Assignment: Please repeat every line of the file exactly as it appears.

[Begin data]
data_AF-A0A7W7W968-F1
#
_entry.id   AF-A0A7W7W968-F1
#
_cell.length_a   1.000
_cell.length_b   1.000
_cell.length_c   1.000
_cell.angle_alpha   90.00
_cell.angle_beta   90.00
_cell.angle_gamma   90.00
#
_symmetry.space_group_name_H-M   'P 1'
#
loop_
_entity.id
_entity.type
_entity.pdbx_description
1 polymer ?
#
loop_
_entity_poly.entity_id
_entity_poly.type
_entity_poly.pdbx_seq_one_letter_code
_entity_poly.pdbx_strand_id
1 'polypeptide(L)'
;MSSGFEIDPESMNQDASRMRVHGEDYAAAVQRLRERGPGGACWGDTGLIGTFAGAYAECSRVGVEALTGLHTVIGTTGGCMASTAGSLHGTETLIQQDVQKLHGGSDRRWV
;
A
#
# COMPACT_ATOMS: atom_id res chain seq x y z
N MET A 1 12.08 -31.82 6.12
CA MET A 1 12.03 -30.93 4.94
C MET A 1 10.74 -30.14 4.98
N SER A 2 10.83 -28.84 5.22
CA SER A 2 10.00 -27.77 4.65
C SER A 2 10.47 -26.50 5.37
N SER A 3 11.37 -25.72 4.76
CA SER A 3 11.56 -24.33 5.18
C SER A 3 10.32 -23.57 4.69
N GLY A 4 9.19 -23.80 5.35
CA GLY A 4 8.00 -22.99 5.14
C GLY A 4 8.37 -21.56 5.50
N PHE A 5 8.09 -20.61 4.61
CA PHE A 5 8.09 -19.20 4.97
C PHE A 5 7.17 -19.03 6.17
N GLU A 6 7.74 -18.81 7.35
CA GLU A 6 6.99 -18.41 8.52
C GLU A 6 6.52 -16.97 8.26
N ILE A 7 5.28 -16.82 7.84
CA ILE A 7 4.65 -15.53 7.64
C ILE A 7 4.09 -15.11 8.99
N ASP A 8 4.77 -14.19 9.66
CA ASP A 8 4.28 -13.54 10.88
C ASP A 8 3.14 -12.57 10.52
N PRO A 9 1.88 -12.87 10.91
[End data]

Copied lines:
data_AF-A0A7W7W968-F1
#
_entry.id   AF-A0A7W7W968-F1
#
_cell.length_a   1.000
_cell.length_b   1.000
_cell.length_c   1.000
_cell.angle_alpha   90.00
_cell.angle_beta   90.00
_cell.angle_gamma   90.00
#
_symmetry.space_group_name_H-M   'P 1'
#
loop_
_entity.id
_entity.type
_entity.pdbx_description
1 polymer ?
#
loop_
_entity_poly.entity_id
_entity_poly.type
_entity_poly.pdbx_seq_one_letter_code
_entity_poly.pdbx_strand_id
1 'polypeptide(L)'
;MSSGFEIDPESMNQDASRMRVHGEDYAAAVQRLRERGPGGACWGDTGLIGTFAGAYAECSRVGVEALTGLHTVIGTTGGCMASTAGSLHGTETLIQQDVQKLHGGSDRRWV
;
A
#
# COMPACT_ATOMS: atom_id res chain seq x y z
N MET A 1 12.08 -31.82 6.12
CA MET A 1 12.03 -30.93 4.94
C MET A 1 10.74 -30.14 4.98
N SER A 2 10.83 -28.84 5.22
CA SER A 2 10.00 -27.77 4.65
C SER A 2 10.47 -26.50 5.37
N SER A 3 11.37 -25.72 4.76
CA SER A 3 11.56 -24.33 5.18
C SER A 3 10.32 -23.57 4.69
N GLY A 4 9.19 -23.80 5.35
CA GLY A 4 8.00 -22.99 5.14
C GLY A 4 8.37 -21.56 5.50
N PHE A 5 8.09 -20.61 4.61
CA PHE A 5 8.09 -19.20 4.97
C PHE A 5 7.17 -19.03 6.17
N GLU A 6 7.74 -18.81 7.35
CA GLU A 6 6.99 -18.41 8.52
C GLU A 6 6.52 -16.97 8.26
N ILE A 7 5.28 -16.82 7.84
CA ILE A 7 4.65 -15.53 7.64
C ILE A 7 4.09 -15.11 8.99
N ASP A 8 4.77 -14.19 9.66
CA ASP A 8 4.28 -13.54 10.88
C ASP A 8 3.14 -12.57 10.52
N PRO A 9 1.88 -12.87 10.91